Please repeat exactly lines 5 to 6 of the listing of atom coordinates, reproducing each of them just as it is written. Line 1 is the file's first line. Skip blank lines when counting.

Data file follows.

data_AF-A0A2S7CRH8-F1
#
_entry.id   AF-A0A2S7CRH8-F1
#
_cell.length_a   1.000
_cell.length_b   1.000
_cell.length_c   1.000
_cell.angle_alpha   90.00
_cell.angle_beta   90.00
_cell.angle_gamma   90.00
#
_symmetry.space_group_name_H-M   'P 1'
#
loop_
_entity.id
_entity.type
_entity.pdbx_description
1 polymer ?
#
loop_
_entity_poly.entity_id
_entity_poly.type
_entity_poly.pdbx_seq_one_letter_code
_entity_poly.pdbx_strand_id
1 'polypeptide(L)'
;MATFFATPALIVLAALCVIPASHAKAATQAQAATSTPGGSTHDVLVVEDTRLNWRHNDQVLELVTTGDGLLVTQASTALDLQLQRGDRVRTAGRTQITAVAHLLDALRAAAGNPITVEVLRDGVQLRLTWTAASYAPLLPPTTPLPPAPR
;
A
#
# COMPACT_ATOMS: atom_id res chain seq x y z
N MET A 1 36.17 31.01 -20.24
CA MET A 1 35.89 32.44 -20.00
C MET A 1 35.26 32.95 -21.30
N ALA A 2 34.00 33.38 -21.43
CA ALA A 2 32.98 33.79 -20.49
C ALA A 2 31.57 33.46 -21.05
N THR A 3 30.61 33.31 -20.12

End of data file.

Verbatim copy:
_cell.length_a   1.000
_cell.length_b   1.000